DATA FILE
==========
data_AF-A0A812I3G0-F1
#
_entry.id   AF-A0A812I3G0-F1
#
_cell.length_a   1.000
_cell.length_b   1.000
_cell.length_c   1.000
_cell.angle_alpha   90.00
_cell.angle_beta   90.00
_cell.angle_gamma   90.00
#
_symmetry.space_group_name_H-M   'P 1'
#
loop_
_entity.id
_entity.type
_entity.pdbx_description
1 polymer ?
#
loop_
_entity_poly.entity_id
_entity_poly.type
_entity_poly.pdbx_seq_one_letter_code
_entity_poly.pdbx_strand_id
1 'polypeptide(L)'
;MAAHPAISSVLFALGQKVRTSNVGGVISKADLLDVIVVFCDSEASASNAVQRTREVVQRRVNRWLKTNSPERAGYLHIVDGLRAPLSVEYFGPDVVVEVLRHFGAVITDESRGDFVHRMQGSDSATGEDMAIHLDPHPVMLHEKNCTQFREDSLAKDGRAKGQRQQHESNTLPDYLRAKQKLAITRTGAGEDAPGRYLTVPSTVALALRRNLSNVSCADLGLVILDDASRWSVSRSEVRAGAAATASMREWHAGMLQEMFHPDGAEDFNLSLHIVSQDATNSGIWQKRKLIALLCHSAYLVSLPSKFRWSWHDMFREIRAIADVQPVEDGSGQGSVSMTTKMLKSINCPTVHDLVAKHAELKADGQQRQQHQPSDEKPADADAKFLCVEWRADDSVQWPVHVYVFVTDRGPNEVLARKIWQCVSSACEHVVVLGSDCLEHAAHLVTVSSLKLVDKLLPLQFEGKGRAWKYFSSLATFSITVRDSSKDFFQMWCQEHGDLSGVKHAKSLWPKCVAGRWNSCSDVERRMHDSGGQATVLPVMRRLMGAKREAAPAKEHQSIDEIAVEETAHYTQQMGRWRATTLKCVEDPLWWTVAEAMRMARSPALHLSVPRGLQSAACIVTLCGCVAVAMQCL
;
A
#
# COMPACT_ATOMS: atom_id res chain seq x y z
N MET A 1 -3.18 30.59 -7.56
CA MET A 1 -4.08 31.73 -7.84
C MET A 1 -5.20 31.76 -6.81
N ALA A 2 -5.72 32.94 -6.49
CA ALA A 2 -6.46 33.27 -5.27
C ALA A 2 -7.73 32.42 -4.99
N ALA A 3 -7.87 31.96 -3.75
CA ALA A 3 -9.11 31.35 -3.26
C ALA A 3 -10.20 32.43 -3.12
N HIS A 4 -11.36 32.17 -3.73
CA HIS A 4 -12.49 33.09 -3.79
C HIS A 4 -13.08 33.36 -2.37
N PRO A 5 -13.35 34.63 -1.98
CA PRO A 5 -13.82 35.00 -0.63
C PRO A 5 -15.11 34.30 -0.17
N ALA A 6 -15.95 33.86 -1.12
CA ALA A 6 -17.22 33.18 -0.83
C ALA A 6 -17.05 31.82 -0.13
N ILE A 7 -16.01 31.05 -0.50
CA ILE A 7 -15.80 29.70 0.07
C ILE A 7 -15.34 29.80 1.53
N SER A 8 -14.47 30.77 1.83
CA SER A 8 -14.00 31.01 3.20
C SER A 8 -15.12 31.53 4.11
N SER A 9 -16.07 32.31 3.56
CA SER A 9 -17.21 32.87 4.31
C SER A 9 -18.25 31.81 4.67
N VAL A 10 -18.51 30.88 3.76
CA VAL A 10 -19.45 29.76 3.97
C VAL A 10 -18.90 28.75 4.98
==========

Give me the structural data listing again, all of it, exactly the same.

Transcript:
data_AF-A0A812I3G0-F1
#
_entry.id   AF-A0A812I3G0-F1
#
_cell.length_a   1.000
_cell.length_b   1.000
_cell.length_c   1.000
_cell.angle_alpha   90.00
_cell.angle_beta   90.00
_cell.angle_gamma   90.00
#
_symmetry.space_group_name_H-M   'P 1'
#
loop_
_entity.id
_entity.type
_entity.pdbx_description
1 polymer ?
#
loop_
_entity_poly.entity_id
_entity_poly.type
_entity_poly.pdbx_seq_one_letter_code
_entity_poly.pdbx_strand_id
1 'polypeptide(L)'
;MAAHPAISSVLFALGQKVRTSNVGGVISKADLLDVIVVFCDSEASASNAVQRTREVVQRRVNRWLKTNSPERAGYLHIVDGLRAPLSVEYFGPDVVVEVLRHFGAVITDESRGDFVHRMQGSDSATGEDMAIHLDPHPVMLHEKNCTQFREDSLAKDGRAKGQRQQHESNTLPDYLRAKQKLAITRTGAGEDAPGRYLTVPSTVALALRRNLSNVSCADLGLVILDDASRWSVSRSEVRAGAAATASMREWHAGMLQEMFHPDGAEDFNLSLHIVSQDATNSGIWQKRKLIALLCHSAYLVSLPSKFRWSWHDMFREIRAIADVQPVEDGSGQGSVSMTTKMLKSINCPTVHDLVAKHAELKADGQQRQQHQPSDEKPADADAKFLCVEWRADDSVQWPVHVYVFVTDRGPNEVLARKIWQCVSSACEHVVVLGSDCLEHAAHLVTVSSLKLVDKLLPLQFEGKGRAWKYFSSLATFSITVRDSSKDFFQMWCQEHGDLSGVKHAKSLWPKCVAGRWNSCSDVERRMHDSGGQATVLPVMRRLMGAKREAAPAKEHQSIDEIAVEETAHYTQQMGRWRATTLKCVEDPLWWTVAEAMRMARSPALHLSVPRGLQSAACIVTLCGCVAVAMQCL
;
A
#
# COMPACT_ATOMS: atom_id res chain seq x y z
N MET A 1 -3.18 30.59 -7.56
CA MET A 1 -4.08 31.73 -7.84
C MET A 1 -5.20 31.76 -6.81
N ALA A 2 -5.72 32.94 -6.49
CA ALA A 2 -6.46 33.27 -5.27
C ALA A 2 -7.73 32.42 -4.99
N ALA A 3 -7.87 31.96 -3.75
CA ALA A 3 -9.11 31.35 -3.26
C ALA A 3 -10.20 32.43 -3.12
N HIS A 4 -11.36 32.17 -3.73
CA HIS A 4 -12.49 33.09 -3.79
C HIS A 4 -13.08 33.36 -2.37
N PRO A 5 -13.35 34.63 -1.98
CA PRO A 5 -13.82 35.00 -0.63
C PRO A 5 -15.11 34.30 -0.17
N ALA A 6 -15.95 33.86 -1.12
CA ALA A 6 -17.22 33.18 -0.83
C ALA A 6 -17.05 31.82 -0.13
N ILE A 7 -16.01 31.05 -0.50
CA ILE A 7 -15.80 29.70 0.07
C ILE A 7 -15.34 29.80 1.53
N SER A 8 -14.47 30.77 1.83
CA SER A 8 -14.00 31.01 3.20
C SER A 8 -15.12 31.53 4.11
N SER A 9 -16.07 32.31 3.56
CA SER A 9 -17.21 32.87 4.31
C SER A 9 -18.25 31.81 4.67
N VAL A 10 -18.51 30.88 3.76
CA VAL A 10 -19.45 29.76 3.97
C VAL A 10 -18.90 28.75 4.98